The next time you're feeling that what-am-I-going-to-write-about stress, check out this list of Reusable Content Ideas to get you Unstuck. All of these triggers can give you topics to write about immediately.

Aside from possibly saving you time, there's a strategic reason to recycle your ideas, too. Not everyone has read everything you've written. Read How to Recycle your Ideas for ways to expand on your past content.

In Newsletter Ideas for Business Networking Associations you'll find relevant, useful and interesting ideas to engage your members and potential members.

There are ways to create content on a regular basis without writing articles. One of those is researching and compiling information that’s valuable to your target market. Can't Write? Try Research.

When you want your potential customer to feel more of a personal connection with you, offering more of yourself via an audio greeting is another step closer to making your way into their hearts and minds. In Adding Audio to your Content, Part 1 and Part 2, voice actor Natasha Marchewka explains how even novices can create audio content.

Whether it's an article title, a blog post title, a subject line or a call to action, there is no doubt that crafting a good one takes a little art and a little science. Crafting a Title to Get Read means using keywords and phrases that people might search for.

Looking for past content creation wrap-ups? Wrap-up #1 - Wrap-up #2 - Wrap-up #3

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22 April 2015

The Difference Between Lists and Segments

You should understand the difference between lists and segments in iContact in order to make informed decisions about how you manage your contacts in the software. Here are what I consider the most important differences when decision making:

A segment is based on a variable you would use to send segment specific messages.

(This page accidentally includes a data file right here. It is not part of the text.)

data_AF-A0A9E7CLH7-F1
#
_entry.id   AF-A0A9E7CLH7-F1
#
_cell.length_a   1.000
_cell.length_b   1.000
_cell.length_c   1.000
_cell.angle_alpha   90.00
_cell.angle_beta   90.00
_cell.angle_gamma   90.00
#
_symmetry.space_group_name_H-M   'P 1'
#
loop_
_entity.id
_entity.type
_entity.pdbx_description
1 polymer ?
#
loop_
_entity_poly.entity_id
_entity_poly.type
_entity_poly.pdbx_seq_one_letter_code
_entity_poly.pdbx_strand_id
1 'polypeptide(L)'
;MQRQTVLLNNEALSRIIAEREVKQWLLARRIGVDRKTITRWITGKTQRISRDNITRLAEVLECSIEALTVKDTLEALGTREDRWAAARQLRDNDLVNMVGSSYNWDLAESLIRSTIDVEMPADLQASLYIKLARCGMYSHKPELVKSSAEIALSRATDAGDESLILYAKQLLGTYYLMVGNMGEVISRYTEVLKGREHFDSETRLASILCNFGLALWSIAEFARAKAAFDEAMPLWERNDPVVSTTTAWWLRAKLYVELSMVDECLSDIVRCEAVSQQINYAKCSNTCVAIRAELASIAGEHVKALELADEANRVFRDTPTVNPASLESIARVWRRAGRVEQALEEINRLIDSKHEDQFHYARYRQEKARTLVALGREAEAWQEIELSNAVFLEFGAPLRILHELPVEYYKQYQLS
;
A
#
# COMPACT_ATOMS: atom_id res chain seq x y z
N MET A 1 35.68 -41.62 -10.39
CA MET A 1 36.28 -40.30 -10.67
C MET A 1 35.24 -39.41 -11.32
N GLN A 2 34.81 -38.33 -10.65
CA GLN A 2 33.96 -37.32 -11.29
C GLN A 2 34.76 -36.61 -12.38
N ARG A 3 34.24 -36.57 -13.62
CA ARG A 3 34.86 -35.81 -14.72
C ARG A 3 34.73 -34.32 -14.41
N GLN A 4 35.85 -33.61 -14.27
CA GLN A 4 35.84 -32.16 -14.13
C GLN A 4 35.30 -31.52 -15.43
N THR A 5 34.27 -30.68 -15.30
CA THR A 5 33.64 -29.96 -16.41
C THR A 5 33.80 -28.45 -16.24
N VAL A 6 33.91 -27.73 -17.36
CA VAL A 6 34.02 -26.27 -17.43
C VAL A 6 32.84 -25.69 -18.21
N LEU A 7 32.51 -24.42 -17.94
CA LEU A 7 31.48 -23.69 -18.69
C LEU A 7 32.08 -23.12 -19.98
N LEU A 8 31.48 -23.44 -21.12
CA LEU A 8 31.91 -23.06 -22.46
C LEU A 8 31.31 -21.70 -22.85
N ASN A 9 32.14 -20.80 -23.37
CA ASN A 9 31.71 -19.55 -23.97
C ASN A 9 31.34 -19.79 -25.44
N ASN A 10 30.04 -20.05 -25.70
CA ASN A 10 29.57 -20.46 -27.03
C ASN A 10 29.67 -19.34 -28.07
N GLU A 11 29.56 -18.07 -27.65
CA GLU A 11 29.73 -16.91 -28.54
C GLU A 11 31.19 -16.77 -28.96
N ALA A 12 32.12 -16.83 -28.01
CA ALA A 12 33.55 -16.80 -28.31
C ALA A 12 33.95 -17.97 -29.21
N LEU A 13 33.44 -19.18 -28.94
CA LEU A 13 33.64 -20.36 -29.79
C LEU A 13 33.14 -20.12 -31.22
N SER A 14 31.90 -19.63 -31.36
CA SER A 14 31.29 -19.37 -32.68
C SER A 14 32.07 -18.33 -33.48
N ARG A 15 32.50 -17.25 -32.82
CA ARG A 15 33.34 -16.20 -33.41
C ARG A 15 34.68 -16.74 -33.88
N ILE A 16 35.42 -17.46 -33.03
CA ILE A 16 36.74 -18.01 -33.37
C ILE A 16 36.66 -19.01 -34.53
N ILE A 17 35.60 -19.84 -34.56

You can use a segment to differentiate contacts on the list by any variable, such as geographical location (City, Province) or relationship status (member/non-member). You can send a message just to that segment by excluding/including it when you send. These segments would allow you to send event information only to those local to the event or special promotions to past members only. Segments serve to split your list when sending.

Contacts subscribe to lists but are assigned to segments.

Contacts cannot unsubscribe from segments. It is your choice if they are in a segment, their choice if they are on a list. You cannot send to a contact that is in a segment but not on a list.

Lists are managed by the software, segments are manually managed.
The software is designed to keep you CASL compliant by managing your contacts and their subscriptions - your lists. It does not track segments in any automatic way. Be careful,  managing segments is labour intensive!

You pay for subscribers.
Contacts count as a subscriber for each list they are on. They do not count as a subscriber when assigned to a segment. A single contact that is subscribed to 3 lists, will be charged as 3 subscribers. A single contact that is subscribed to one list but assigned to 3 segments, will be charged as 1 subscriber.

I see the benefit of segments, but why would I want a second list?
To give your subscribers options. If you are running multiple campaigns that together generate email volume, or if you know there are significant contacts on your list that would not be interested in specific content, you will want to create a second list. Your subscribers can then unsubscribe from one campaign but remain subscribed to the other. Your subscriber could subscribe to your newsletter but unsubscribe from your event campaign. Giving them choices helps you retain them as a reader for the content they are interested in, without feeling overwhelmed with content they are not interested in.

Always remember that unsubscribes are not personal. Perhaps they value the information in your newsletter but are not local to attend your events. You never know why someone unsubscribes but you can always know that it is never personal. Trust me. It isn't.

Originally published on DanielleCarrier.com

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18 April 2015

Design Colour Trends for Fall 2015